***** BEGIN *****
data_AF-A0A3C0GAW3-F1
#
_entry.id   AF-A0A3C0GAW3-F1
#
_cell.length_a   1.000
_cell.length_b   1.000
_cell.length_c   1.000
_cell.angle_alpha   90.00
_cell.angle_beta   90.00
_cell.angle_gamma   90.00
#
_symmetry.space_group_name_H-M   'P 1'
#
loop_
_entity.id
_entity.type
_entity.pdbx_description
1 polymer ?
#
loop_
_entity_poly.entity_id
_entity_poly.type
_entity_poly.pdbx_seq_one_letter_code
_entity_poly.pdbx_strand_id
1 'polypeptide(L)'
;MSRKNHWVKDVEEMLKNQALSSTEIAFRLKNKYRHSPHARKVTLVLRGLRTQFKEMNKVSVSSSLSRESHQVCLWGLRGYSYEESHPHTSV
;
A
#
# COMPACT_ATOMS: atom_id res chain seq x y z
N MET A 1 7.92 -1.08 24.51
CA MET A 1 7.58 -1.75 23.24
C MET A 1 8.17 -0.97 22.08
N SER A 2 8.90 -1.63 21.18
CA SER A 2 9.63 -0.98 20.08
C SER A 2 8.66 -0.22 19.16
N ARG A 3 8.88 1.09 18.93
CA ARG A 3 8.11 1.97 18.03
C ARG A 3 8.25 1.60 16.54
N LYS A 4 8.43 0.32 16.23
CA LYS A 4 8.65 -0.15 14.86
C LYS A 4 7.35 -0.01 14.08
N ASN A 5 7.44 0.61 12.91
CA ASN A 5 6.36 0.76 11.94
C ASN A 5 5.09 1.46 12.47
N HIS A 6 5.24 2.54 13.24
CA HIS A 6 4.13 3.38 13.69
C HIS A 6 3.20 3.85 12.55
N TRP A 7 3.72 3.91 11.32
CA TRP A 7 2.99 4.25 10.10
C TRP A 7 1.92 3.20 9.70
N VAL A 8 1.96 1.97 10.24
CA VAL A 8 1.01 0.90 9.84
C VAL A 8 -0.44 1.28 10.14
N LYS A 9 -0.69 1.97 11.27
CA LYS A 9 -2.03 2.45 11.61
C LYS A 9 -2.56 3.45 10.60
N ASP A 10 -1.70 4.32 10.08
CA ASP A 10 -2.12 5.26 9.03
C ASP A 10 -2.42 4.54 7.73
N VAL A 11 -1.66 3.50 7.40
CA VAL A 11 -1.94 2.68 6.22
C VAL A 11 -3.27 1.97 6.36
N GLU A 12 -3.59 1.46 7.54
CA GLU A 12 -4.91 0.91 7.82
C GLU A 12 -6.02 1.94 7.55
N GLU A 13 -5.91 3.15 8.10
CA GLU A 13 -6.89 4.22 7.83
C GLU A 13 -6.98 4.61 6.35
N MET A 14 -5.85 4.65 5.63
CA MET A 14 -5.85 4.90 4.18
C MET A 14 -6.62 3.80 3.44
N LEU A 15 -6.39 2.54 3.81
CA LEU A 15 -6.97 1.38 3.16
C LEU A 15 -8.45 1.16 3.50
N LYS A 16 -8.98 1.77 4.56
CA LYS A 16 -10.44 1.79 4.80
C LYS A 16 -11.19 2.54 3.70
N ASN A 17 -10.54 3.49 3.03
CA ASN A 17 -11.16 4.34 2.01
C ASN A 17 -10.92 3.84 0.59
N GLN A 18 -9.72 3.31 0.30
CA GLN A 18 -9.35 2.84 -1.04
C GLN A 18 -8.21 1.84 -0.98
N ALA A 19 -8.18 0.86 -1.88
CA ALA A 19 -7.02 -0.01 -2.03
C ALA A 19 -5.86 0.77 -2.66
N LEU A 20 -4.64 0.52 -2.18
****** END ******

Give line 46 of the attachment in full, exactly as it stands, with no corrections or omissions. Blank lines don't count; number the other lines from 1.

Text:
N HIS A 6 5.24 2.54 13.24